The fact is, few advertising executives can explain the relative importance of the brain stem, limbic system, and neocortex in purchase behaviour.  Even fewer can discuss the importance of the work of Nobel Prize winner, Daniel Kahneman, on fast and slow thinking, in any meaningful way. However, it is increasingly apparent that nothing is more important in marketing than an understanding of the human brain – the organ that drives behaviour.
This scientific approach to marketing has already been cited for the success of the ‘Benjamin Button’ businesses such as Zappos, Google, and Amazon.
Reflecting on this, Jeff Bezos, the CEO of Amazon commented:
‘All the success that we currently have is due to the fact that we put customers first.’ 
Business Science involves applying to marketing (including advertising) the same structures, disciplines, and processes associated with good business practice and true professionalism.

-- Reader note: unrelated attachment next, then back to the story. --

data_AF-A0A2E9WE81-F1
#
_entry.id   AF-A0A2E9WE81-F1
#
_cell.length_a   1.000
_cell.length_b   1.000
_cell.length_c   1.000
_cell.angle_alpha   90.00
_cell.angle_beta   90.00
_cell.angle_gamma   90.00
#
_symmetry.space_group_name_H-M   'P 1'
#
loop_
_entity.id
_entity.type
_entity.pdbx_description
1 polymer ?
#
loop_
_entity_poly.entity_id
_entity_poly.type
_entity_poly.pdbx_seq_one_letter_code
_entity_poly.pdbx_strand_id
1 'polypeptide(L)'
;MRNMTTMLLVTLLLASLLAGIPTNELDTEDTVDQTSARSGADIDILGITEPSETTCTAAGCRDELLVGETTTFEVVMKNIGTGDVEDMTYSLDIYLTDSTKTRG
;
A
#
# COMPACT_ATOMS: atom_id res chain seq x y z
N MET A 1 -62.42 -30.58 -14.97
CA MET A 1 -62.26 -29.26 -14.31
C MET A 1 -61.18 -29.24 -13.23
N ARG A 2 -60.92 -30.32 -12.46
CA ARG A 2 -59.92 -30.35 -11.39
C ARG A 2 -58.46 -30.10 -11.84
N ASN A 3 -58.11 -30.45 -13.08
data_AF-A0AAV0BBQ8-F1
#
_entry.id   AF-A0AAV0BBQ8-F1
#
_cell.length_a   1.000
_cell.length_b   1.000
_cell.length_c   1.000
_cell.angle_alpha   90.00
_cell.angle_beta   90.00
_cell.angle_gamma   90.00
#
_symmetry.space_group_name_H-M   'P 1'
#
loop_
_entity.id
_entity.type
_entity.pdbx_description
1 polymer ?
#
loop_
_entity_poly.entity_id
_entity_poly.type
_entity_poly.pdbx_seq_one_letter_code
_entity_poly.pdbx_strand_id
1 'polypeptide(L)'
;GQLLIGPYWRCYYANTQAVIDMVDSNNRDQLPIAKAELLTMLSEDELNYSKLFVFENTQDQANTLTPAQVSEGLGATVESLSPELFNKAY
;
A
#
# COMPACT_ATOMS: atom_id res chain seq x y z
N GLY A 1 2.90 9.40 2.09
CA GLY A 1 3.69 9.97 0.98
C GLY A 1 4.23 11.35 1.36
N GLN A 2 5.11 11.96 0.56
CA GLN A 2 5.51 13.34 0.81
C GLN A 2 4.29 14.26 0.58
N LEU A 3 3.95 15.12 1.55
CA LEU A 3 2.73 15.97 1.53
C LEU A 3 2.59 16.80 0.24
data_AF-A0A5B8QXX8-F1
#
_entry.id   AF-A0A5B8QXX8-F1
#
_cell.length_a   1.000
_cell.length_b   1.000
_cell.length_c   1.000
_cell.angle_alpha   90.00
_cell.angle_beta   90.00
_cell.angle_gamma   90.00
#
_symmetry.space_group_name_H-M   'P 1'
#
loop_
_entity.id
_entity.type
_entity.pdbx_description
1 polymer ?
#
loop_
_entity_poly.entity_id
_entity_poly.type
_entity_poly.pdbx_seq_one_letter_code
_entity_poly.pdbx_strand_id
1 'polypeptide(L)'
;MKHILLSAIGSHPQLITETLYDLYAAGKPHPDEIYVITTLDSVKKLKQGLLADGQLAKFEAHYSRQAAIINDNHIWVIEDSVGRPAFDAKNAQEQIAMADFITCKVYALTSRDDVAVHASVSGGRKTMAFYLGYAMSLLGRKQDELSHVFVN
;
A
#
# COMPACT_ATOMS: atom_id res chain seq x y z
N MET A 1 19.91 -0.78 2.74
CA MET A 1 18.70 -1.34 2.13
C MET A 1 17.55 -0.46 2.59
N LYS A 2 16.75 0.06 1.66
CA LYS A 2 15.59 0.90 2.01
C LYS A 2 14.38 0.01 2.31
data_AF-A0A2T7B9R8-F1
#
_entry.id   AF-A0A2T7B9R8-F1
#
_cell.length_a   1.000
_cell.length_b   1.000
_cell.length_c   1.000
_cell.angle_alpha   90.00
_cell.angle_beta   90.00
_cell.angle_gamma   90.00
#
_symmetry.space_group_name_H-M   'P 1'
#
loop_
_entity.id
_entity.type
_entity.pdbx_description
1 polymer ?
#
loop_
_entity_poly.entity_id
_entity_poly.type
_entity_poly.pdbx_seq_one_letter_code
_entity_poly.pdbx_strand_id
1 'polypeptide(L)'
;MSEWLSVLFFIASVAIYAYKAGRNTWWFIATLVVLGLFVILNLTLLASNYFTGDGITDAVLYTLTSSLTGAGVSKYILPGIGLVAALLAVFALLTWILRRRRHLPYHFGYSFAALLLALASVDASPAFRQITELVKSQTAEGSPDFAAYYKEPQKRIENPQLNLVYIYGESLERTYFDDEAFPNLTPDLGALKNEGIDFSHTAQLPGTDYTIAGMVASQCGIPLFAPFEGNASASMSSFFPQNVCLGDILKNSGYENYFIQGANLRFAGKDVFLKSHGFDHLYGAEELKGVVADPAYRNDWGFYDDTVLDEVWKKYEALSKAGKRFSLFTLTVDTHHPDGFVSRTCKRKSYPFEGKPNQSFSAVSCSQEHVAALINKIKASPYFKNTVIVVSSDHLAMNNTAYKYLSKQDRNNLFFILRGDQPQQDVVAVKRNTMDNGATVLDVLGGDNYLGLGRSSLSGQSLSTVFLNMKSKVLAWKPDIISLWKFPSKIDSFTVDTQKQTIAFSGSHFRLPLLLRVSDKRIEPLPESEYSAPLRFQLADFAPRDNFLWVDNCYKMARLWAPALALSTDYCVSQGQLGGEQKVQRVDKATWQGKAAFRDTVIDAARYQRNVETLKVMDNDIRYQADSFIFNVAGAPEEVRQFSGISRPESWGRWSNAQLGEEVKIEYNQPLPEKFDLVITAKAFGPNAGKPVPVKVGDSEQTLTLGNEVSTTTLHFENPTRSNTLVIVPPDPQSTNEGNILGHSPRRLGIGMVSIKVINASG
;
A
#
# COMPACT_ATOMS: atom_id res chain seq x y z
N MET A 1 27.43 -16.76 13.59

Marketing will become a profession.
In the past, advertising agencies claimed to embrace sound business practices, but there is precious little evidence to suggest that they did, except perhaps when it came to running their own businesses. With the advent of technologies that increase accountability and the potential for automation, marketers have become more attuned to sound business practices. This is only going to accelerate.
The critical components of Business Science are:

  • The product
  • Business management